It isn’t always so easy to take action. Although it can be powerful and rewarding, it isn’t necessarily easy to speak up or stand up particularly for the first time.

It wasn’t easy for my own daughter, a soft-spoken thirteen year-old. It’s not easy being reserved and quiet in middle school. From navigating the bigger noisier halls to participating in class discussions and surviving the thorny social scene, introverted middle-schoolers face daily pressures their more extroverted peers do not at school. I know it take some effort for my daughter to do things others find relatively simple like talking to teachers, the bus driver and other students.

Add to this an adolescent propensity to challenge or ignore a fair portion of what a parent says and you can imagine my surprise last spring when I learned my daughter, the one teachers have always asked to speak up, always wished would “come out of her shell, ” actually spoke up at school for a cause, and not just any cause but for Shot@Life, a campaign I’ve championed for several years now. Sure, she and her younger sister and brother have pitched in for Shot@Life in the past but this time was different.

My daughter who often speaks in a whisper not only decided to persuade her homeroom to take on the Shot@Life cause but also ultimately stood on a stage in front of the entire middle school and spoke out for children and vaccines. So when she told me about her plans for the Change For Change charity event I was nearly speechless. As a psychologist and mother I knew not to show too much interest or ask too many questions. Parents of teens know this is a delicate balance. Information slowly trickled out over the coming weeks. There would be a competition of sorts with each homeroom presenting their cause. The middle school would then vote. The winning cause would receive the school’s fundraising support, the Change for Change.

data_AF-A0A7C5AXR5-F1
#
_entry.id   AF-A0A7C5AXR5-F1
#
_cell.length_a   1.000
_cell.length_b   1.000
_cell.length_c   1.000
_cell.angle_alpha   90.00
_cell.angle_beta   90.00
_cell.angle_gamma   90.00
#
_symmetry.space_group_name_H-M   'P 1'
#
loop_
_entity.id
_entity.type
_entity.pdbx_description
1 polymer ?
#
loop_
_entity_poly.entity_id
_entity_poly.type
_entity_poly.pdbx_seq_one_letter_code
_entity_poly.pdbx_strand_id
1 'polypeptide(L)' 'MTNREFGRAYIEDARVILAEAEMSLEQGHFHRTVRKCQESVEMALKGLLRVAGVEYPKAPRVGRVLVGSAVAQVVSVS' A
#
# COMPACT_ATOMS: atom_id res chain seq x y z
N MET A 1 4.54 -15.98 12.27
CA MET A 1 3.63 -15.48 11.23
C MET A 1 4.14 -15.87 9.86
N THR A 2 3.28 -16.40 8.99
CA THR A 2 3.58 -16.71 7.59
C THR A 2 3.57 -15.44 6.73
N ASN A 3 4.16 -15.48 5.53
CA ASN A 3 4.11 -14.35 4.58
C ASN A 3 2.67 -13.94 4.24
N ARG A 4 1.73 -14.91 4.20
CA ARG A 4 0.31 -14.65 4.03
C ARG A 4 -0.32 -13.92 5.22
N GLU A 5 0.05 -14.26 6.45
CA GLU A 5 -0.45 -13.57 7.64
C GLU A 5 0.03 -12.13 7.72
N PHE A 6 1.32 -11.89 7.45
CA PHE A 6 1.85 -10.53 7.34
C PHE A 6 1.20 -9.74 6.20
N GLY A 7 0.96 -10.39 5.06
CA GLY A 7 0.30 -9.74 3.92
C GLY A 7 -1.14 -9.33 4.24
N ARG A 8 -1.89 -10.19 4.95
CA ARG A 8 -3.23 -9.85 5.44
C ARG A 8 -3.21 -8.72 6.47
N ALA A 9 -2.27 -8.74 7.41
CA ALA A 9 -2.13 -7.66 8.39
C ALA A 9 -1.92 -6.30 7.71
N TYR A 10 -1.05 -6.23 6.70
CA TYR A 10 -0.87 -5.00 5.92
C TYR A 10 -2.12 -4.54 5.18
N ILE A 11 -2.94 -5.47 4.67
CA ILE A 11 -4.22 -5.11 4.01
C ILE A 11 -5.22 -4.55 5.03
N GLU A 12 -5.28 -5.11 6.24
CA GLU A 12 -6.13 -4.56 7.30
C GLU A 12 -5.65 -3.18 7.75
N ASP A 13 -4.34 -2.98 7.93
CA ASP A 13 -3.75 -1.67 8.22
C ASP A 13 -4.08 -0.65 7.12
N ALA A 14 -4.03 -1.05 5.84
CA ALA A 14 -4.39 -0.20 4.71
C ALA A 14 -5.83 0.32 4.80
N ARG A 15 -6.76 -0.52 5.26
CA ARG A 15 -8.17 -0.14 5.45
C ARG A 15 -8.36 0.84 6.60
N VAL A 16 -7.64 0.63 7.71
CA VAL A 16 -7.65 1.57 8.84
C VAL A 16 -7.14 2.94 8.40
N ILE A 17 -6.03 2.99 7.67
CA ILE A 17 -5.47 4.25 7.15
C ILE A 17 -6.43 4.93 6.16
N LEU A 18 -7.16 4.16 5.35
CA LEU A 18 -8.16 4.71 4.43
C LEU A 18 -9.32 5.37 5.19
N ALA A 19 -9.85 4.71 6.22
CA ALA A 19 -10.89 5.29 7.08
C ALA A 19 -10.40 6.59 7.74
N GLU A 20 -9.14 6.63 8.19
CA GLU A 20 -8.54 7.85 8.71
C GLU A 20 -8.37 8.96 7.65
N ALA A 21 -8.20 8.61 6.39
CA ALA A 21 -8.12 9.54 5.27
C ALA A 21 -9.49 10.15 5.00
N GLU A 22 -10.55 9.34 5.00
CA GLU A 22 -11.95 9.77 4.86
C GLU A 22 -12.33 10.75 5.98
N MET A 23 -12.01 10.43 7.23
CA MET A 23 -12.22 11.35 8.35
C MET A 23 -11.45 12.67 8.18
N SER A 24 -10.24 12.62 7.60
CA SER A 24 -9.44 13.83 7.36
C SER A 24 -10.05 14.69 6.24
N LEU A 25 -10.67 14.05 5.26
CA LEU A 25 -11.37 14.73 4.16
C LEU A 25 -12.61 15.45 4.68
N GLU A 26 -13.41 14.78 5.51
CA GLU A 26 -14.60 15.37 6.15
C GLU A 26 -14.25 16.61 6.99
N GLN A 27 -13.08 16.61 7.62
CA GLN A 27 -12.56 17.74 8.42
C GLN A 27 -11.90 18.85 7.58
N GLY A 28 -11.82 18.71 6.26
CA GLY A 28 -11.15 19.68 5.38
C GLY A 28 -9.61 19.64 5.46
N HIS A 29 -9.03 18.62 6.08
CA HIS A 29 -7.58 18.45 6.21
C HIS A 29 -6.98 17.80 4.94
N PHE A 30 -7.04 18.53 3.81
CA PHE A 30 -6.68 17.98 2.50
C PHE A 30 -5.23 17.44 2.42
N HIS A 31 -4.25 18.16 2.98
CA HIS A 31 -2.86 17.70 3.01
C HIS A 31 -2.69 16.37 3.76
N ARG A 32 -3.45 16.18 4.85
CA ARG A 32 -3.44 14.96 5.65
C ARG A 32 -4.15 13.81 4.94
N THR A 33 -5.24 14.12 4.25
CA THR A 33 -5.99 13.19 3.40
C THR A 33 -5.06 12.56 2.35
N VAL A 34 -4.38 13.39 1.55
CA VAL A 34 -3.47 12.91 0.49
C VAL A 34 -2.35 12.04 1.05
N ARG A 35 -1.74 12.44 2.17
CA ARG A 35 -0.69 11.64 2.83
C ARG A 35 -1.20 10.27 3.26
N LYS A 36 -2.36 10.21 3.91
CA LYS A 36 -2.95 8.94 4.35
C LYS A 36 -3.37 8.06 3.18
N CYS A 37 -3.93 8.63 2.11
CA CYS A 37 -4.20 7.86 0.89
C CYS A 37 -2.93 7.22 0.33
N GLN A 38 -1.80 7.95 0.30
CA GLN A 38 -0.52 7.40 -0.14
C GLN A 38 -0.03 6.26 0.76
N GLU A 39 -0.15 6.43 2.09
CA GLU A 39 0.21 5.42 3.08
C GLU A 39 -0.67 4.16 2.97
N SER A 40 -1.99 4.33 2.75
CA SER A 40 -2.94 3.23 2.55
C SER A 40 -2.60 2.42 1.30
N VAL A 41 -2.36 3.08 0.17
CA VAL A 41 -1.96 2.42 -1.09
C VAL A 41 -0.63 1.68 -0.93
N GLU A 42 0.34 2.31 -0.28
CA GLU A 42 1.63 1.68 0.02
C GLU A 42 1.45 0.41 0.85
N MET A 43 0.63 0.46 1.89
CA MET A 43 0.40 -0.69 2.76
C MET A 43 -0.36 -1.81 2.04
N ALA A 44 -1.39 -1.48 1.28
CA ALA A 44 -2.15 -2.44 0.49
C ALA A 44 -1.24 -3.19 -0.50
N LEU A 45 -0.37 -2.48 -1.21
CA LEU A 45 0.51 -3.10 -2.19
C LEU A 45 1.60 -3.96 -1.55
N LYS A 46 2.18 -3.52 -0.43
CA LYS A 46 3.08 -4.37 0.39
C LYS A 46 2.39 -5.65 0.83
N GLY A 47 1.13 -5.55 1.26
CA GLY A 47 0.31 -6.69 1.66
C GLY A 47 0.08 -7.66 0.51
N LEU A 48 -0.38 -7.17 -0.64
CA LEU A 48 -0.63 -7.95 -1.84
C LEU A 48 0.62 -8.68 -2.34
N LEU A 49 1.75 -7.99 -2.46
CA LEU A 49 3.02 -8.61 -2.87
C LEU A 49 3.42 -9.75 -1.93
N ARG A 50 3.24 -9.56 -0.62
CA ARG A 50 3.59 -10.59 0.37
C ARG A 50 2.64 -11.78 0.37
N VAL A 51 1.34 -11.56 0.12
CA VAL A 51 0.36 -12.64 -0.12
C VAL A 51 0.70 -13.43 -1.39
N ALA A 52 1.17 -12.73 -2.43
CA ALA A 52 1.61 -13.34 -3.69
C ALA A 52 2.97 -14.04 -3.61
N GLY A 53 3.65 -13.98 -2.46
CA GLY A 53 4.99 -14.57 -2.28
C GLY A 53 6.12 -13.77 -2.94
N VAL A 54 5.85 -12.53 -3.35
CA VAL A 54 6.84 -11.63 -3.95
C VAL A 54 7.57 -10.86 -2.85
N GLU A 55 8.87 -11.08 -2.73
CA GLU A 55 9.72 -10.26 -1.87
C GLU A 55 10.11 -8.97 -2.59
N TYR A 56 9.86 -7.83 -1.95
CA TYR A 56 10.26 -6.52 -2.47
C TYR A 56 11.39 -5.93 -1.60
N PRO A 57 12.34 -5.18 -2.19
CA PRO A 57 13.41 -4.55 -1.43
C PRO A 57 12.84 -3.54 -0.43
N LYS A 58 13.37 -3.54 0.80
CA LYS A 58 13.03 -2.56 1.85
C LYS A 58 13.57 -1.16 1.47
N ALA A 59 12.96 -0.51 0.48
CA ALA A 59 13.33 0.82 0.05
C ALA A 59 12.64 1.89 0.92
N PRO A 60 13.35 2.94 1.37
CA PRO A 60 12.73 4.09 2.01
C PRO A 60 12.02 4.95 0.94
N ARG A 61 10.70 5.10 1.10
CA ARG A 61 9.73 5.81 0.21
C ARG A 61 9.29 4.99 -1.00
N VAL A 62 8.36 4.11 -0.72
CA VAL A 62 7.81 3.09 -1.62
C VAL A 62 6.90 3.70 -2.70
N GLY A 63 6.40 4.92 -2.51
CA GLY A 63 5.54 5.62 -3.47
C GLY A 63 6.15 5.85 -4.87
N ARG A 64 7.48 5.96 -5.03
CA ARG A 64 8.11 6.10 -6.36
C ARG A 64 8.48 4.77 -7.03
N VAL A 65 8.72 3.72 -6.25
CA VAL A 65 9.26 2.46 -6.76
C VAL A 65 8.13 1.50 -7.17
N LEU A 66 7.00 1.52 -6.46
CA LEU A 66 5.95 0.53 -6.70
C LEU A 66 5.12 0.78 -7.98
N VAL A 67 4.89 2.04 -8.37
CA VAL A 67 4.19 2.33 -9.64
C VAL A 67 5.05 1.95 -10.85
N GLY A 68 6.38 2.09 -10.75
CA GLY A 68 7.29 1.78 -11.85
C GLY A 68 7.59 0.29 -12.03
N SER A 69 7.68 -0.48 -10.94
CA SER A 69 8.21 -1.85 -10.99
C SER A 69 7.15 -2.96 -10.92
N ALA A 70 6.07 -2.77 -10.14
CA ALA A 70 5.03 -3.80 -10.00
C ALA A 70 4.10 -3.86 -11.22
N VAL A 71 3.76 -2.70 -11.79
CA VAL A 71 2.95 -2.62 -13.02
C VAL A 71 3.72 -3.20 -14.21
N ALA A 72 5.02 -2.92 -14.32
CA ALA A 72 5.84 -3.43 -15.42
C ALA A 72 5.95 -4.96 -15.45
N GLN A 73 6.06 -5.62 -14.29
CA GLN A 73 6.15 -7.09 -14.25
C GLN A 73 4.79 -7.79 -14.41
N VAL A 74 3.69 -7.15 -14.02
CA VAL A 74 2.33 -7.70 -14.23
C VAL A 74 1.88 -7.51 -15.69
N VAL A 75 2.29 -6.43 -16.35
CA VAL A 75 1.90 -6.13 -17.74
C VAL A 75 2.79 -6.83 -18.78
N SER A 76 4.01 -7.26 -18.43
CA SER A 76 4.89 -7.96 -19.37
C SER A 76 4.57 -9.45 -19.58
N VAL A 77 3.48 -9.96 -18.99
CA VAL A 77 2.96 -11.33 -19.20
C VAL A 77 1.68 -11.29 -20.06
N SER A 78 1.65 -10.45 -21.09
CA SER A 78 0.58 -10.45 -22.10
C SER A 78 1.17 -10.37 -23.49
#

As she worked on the slideshow and presentation, my daughter worried the other causes, namely the cute animals, would win over the hearts and votes of her fellow students. In true middle school fashion, I wasn’t allowed to attend the event. I didn’t get to see my daughter speak out or officially record it for posterity. In fact I received next to no details. According to my daughter it went “okay. ”

Then a couple weeks later as my daughter sat in the kitchen doing homework, me juggling dinner, the family calendar and a phone call, she delivered this nugget.

Oh. I have something to tell you. The middle school chose Shot@Life for their cause.

I stopped everything. Tears welled up in my eyes. I think I was speechless for a second or two as I took in one my daughter’s most significant achievements. Speaking up, actually standing up and speaking out for a cause, is a clear “first ” that I will never forget. It’s up there with first steps, first day of school and the other biggies. The fact that Shot@Life was at the center of it, icing on the cake! The fact that Shot@Life resonated with young minds and hearts, the cherry on top!


I hope you’ll speak up here today. Bravo if it’s your “first ” step! Speak up and make a huge difference in a child’s life by providing a life-saving vaccine. Please help other parents and other children embark on their own hard won journeys, their own paths of memorable “firsts. ”

During Shot@Life’s Blogust 2014—a month-long blog relay—some of North America’s most beloved online writers, photo and video bloggers and Shot@Life Champions will come together and share stories about Happy and Healthy Firsts. Every time you comment on this post and other Blogust contributions, or share them via social media on this website, Shot@Life and the United Nations Foundation pages, Walgreens will donate one vaccine (up to 60,000). Blogust is one part an overall commitment of Walgreens donating up to $1 million through its “Get a Shot. Give a Shot.®” campaign. The campaign will help provide millions of vaccines for children in need around the world.

For more information, visit or join the conversation on Facebook and Twitter.

Polly Palumbo